ElijahBailey said...

"WOuld be nice to hear from nparents whose kids are in other local high schools, but somehow..."

Somehow what?

Anonymous said...

Private schools are not very good as said. You really want to get them into a Public school, but you're talking mega bucks, but it's not just about money, they are always oversubscribed so in effect the school picks you. But once your kid gets in... MORE THAN LIKELY your kid will get both the academic results and a child with a confident character, capable of operating at the higher levels of society with ease.

The class divisions in our society will not change whilst these schools exist. The government has flirted with proposals to get these schools to share their benefits with local community but it has limited effect.

Anonymous said...

Any idea what the Myatt Garden boundary is? A phone call to the school office elicited the response that the catchment area is usually just one or two streets from the school gate.

Bea said...

It’s not as straight forward as a boundary line.

For Community Schools (which Myatt Gardens is) priority goes to:

1. Children in public care

2. In exceptional circumstances there is discretion to admit children on the grounds of their or their family’s acute medical or social need for that particular school and who would not otherwise qualify for admission.

3. Children whose brother or sister are on the roll of the school.

4. Children for whom it is the nearest community school (priority within this category will normally be given to those living nearest to the school but other children living further away may have to be given preference if they cannot reasonably be offered an alternative school).

5. If, after these criteria have been taken into account, there are still more applicants than places remaining, priority will be given to those living nearest to the school.

Home-to-school distance

All distances will be measured in a straight line, using digitised mapping software or Ordnance Survey maps of the area, from home to the nearest gate(s) nominated by the school.
If more than one applicant lives in a multi-occupancy building, e.g. flats, priority will be given to the applicant whose door number is the lowest numerically and/or alphabetically.

tressillian james said...

I would say if a school has a 52% A-C achievement rate, there is a much greater chance of your child not performing that well at the GCSEs. Yes, we can home coach and try other methods to get our kids to study - but having come from a low achieving comp myself - if the other kids don't want to learn then there is a hell of a lot of peer pressure not to achieve. Additonally if most kids are getting low grades, then your Cs adn Bs can look good in comparasion. When schools foster an academic, achieving, creative environment the kids do better.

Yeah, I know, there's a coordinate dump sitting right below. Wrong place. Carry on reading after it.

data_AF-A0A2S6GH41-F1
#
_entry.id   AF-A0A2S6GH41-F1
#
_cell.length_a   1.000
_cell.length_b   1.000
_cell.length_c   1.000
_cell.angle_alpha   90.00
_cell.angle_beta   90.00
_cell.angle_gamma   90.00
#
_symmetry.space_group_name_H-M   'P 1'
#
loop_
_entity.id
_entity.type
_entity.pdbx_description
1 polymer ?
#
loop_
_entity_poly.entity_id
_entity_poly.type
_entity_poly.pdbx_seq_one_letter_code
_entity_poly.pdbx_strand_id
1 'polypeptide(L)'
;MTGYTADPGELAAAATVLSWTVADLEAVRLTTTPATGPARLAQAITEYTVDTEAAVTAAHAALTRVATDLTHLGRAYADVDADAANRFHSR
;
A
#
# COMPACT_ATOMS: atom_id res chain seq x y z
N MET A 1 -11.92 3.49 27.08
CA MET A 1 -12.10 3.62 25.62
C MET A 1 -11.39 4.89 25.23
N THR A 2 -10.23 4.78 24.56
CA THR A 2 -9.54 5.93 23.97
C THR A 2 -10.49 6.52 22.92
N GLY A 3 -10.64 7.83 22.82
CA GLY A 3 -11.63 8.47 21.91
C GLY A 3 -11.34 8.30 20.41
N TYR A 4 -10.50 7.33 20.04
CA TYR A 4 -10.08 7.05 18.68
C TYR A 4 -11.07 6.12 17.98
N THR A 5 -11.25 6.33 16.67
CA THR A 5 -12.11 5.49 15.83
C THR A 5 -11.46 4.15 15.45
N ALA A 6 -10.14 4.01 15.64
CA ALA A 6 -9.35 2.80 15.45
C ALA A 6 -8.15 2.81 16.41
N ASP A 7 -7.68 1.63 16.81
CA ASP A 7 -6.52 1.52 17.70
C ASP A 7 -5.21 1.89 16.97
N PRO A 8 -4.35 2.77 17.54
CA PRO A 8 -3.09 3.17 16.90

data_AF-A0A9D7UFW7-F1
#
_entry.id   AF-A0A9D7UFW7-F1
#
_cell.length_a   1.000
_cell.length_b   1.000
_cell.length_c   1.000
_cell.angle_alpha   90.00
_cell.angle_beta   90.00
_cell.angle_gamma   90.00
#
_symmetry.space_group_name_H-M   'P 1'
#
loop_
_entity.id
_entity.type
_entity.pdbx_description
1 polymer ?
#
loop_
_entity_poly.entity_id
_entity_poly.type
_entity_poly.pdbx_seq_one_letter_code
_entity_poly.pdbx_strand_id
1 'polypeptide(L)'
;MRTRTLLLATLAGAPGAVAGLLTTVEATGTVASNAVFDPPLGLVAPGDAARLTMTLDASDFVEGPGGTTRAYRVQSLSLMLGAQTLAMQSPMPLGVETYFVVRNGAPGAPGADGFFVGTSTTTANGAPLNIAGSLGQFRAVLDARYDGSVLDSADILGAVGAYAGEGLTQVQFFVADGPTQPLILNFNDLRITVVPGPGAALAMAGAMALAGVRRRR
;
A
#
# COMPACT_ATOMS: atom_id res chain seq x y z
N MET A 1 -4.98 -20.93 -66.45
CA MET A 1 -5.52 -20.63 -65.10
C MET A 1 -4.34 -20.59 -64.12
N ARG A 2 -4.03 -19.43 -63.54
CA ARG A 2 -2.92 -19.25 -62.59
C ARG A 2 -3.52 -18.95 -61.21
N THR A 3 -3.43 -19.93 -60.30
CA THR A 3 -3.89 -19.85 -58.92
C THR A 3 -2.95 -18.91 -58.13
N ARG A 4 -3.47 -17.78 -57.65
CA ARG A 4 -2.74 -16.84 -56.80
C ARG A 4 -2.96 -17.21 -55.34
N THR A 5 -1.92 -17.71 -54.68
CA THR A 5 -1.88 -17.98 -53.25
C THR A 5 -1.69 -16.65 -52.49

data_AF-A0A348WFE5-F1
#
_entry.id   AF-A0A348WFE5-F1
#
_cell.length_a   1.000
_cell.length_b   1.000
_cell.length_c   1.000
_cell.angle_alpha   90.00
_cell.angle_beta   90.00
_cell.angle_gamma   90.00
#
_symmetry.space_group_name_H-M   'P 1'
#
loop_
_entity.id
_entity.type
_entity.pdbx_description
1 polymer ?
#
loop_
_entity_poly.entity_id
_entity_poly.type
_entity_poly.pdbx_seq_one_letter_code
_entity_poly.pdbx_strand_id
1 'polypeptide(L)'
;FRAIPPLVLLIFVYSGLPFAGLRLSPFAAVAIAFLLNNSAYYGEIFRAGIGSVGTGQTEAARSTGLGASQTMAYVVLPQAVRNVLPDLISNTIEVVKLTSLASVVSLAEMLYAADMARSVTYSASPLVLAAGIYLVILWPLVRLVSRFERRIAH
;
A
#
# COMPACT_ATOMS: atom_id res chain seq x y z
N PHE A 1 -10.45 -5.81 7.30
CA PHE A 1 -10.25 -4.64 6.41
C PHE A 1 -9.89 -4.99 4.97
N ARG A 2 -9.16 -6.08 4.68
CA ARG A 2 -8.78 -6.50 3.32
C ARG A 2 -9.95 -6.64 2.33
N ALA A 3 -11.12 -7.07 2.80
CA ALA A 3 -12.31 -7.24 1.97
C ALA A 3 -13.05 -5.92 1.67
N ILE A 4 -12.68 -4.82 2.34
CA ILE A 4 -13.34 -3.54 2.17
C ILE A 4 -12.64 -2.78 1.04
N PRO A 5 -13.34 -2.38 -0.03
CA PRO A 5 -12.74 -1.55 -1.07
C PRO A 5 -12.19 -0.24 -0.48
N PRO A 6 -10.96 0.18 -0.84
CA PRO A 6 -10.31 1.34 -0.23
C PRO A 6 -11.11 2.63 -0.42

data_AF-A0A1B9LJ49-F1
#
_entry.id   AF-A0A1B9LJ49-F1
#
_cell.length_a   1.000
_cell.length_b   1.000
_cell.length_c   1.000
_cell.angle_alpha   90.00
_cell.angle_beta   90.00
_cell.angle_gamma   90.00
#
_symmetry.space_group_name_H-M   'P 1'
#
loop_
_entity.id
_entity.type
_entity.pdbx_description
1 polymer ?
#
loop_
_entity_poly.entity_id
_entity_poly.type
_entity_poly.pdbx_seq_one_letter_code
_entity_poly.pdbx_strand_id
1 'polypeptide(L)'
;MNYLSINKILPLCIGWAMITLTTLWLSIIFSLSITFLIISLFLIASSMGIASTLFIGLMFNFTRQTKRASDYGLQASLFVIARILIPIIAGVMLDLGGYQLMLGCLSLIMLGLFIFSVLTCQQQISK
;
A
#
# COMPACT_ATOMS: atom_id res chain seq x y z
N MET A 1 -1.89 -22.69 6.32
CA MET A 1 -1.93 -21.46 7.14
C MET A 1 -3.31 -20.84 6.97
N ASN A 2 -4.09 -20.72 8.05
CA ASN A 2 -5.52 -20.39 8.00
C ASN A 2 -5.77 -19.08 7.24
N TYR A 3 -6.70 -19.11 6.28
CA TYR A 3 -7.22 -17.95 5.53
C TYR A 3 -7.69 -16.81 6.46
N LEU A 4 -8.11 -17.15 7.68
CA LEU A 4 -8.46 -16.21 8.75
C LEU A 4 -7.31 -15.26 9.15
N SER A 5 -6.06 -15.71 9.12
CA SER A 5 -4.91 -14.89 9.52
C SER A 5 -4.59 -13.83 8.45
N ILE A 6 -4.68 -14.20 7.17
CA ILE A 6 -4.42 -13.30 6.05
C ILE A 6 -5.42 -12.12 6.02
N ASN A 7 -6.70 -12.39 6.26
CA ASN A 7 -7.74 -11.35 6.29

JPM said...

Myatt Garden is an excellent school, with a remarkable head teacher (Mrs Ingram). The rest of the teachers (Ms Johal, Ms Wilson, etc) and the assitance (Jseem to be hugely dedicated to the task of Julie etc) not only teach well but making it fun too.

I live about three minutes away, which is why I'm always late with my daughter. (I'm usually the harassed lookng one saying, We're late! We're late!)

The music evenings for children and parents need to be more diverse. I don't hold with American rap epitomising the broad spectrum of children, and would like to hear music from around the world. I am concerned too about the asbestos which seems to be in so many of these schools and canot be removed, as a cost-saving exercise more than for safety.

Monkeyboy said...

JPM...asbestos. I deal with it all the time in Tube stations. It's everywhere, it's often much safer to leave it where it is rather than remove it and release the fibres. Also many different types, the type in coregated asbestos roof material for example is not rally an issue. Loose stuff like pipe lagging is a bit of a nightmare and best left alone where possible.

There maybe a asbestos report kicking around by a specialist company?? worth asking to see it, part of the risk assesment is whether an area is likley to be disturbed for demolition for example. I guess you can expect adults not to bugger around with pipe lagging, not sure about kids. If they've not done a survey you could press for one, the survey's are not that expensive, removal can be but at least you'd know the situation.

JPM said...

Or an earthquake measuring 5.8 on the Richter... and if it was enough to rattle and slam my windows what else can it do? (It is better to upgrade these schools in the holidays and get rid. I used to work with asbestos too.)

Monkeyboy said... there NOTHING you don't know?

JPM said...

Monkeyboy... I know a lot about nothing, so I must know NOTHING. Used to cut asbestos as a carpenter. (Remind me to tell you about the time when I worked as a grinder (without qualifications) grinding down the seams on metal coolant tubes of a nuclear reactor, and as an actor when I worked for a casting agency, or as a journalist spinning the bins of the high street banks and at Grand Lodge to 'out' freemasons. And as a drama writer at the BBC...well, that's enough, for now.)

Anonymous said...

The figures for Keystage3 tests have just been published. According to the South London Press schools minister Jim Knight picked out schools in neighbouring boroughs for their good performance, but not Lewisham.

The paper states the majority of headteachers and principles in Lewisham failed to return calls when contacted for comments.

Secondary schools that improved their aggregate test percentages for Level 5 or above are...

Forest Hill
Northbrook CofE
Pendragon (SEN)
Aske's Knights*

*Only Aske's Hatcham & Knights figures for this year are shown,
but the government website indicates Knight's improved and Hatcham did not.